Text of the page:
John Heisman may be best known for the college football trophy that bears his name. But the Ohio-born man's impact on the game went far beyond the award given annually to the top player in college football's highest division. In the sport’s earliest days, Heisman was a successful coach at eight different schools and an innovator who helped shape the modern game. 

“He was able to mold the game in his image, or what he envisioned it looking like,” says Jeremy Swick, historian and curator at the College Football Hall of Fame. “A lot of those early pioneers had that ability to dictate how the game would be changed.”

Heisman’s many innovations included the center snap, the handoff, breaking the game from two halves into four quarters, adding a scoreboard for fans, the pre-snap shift and instituting the hike/hut cadence. Heisman’s most important influence may have been his role in legalizing the forward pass. 

Heisman coached for 27 seasons, finishing his career with a 186-70-18 record and only one losing season, according to the College Football Hall of Fame website. In 1954, he was inducted into the College Football Hall of Fame.

Swick says part of the reason the Heisman Trophy, awarded by the Downtown Athletic Club of New York, was given its name in 1936 was because Heisman was so well known.

“Nobody knew the Downtown Athletic Club," he says. "But everyone knew who John Heisman was.”

Who Was John Heisman?

Pat McManamon
The Cleveland house where John Heisman was born on October 23, 1869.

Johann Wilhelm Heisman (John William) was born in Cleveland on October 23, 1869, the son of German immigrants from Bavaria. By the time Heisman was 7, his family had moved to Titusville, a small town in an oil-rich area of northwestern Pennsylvania.

An excellent student, Heisman gave a high school valedictory speech, “The Dramatist as Sermonizer,” that included several references to Shakespeare. As a football coach years later, he weaved literature and elaborate terms into his speeches to players. 

At the opening of many fall football practices, Heisman would hold up a ball and call it “an elongated spheroid—that is, an elongated sphere—in which the outer leathern casing is drawn tightly over a somewhat smaller rubber tubing. Better to have died a small boy than to fumble this football.”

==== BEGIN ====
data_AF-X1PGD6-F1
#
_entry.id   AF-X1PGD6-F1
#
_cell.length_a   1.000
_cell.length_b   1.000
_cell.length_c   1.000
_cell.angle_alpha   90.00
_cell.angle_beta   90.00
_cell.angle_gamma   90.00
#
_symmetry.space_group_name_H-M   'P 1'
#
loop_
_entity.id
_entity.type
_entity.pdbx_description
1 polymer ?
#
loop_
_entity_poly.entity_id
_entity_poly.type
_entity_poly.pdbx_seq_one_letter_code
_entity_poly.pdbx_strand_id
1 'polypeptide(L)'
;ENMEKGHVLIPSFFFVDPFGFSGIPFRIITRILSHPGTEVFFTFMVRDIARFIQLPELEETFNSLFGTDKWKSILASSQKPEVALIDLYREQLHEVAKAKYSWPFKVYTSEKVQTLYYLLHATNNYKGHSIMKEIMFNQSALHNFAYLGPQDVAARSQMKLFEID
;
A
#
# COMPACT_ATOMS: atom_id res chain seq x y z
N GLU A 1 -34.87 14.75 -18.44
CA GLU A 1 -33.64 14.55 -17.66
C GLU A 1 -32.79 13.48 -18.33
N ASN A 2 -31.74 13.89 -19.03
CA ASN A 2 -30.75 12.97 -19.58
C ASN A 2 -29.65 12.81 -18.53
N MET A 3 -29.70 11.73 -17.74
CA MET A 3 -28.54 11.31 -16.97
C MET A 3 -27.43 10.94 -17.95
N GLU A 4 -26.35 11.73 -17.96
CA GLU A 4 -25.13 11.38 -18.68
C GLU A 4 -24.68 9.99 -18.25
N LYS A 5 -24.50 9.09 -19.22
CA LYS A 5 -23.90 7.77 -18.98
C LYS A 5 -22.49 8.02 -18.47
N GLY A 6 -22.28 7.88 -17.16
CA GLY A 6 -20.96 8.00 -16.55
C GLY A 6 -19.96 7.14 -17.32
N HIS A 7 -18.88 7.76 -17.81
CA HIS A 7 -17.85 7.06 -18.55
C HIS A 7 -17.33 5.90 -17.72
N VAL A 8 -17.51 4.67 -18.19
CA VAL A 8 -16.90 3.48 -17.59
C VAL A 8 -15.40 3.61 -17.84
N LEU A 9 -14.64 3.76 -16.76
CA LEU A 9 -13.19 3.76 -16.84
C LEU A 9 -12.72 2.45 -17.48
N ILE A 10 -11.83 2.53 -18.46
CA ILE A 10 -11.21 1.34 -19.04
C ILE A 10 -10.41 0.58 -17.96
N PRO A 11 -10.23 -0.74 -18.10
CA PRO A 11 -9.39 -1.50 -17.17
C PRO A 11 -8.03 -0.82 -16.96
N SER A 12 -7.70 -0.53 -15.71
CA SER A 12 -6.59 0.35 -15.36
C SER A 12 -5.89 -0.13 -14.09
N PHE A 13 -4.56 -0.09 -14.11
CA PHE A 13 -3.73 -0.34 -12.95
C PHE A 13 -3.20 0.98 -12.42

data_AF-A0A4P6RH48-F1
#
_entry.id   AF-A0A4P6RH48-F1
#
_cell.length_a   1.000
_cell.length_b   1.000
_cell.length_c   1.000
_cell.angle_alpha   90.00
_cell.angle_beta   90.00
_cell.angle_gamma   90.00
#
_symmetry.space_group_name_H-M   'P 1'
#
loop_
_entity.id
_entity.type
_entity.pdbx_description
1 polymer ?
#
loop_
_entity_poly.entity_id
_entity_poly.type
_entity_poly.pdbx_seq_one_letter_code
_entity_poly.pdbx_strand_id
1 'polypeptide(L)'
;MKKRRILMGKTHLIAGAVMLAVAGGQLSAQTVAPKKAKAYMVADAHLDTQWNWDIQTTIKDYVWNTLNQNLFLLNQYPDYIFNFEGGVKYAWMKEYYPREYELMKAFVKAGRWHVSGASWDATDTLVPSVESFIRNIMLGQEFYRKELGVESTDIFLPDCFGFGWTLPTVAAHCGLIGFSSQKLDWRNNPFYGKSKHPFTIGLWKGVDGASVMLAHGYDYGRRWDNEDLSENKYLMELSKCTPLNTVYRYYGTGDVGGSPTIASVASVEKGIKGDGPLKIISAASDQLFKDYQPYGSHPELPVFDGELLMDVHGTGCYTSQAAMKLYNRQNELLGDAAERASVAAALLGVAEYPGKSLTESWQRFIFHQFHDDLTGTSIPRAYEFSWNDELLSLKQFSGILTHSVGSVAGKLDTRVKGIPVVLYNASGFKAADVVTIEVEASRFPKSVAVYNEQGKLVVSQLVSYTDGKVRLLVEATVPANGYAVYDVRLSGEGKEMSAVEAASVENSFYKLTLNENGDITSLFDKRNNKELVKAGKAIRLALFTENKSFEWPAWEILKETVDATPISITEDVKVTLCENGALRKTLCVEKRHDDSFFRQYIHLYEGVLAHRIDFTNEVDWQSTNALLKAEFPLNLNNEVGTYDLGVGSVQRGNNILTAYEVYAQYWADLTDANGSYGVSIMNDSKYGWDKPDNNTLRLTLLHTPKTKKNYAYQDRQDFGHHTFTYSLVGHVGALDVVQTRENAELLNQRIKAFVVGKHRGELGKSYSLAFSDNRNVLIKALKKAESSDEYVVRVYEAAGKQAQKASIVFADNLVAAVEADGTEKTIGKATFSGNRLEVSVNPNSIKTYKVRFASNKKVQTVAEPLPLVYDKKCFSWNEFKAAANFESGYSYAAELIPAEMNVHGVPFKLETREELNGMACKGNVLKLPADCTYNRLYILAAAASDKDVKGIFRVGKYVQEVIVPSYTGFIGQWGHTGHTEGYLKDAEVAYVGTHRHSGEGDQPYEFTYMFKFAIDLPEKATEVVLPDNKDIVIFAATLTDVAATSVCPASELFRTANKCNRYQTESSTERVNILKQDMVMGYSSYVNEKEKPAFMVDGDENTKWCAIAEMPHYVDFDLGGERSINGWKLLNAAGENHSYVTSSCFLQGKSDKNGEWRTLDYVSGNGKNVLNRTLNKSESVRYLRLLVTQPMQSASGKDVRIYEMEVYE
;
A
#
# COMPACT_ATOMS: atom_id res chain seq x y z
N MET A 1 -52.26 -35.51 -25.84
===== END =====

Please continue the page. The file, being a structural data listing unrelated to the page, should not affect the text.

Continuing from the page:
At age 17, Heisman went to Brown University, where he formed a club football team. After two years, he transferred to the University of Pennsylvania with the hope of pursuing a law degree. As a 5-foot-7, 158-pound lineman, he played three years at Penn. An accident—reportedly an antiquated battery light flashed in his face—nearly cost him his vision. So, rather than practice law, he returned to Ohio (the family had moved back in 1890) and took the coaching job at Oberlin College in 1892.

In 1895, Heisman became coach at the Agricultural and Mechanical College of Alabama, modern-day Auburn University. There Heisman introduced the first hidden-ball play, a bit of trickery that often baffled opponents. Heisman had quarterback Reynolds Tichenor conceal the ball under his shirt while inside a wedge (then legal) of players. The wedge suddenly scattered, and Tichenor, who pretended to tie his shoe, got up and scored untouched.

Heisman’s longest and most successful tenure was with Georgia Tech, where he spent 16 seasons (1904-1919). His 102 wins there included a 33-game winning streak, a national title in 1917 and the most one-sided victory in college football history: 222-0 over Cumberland in 1916.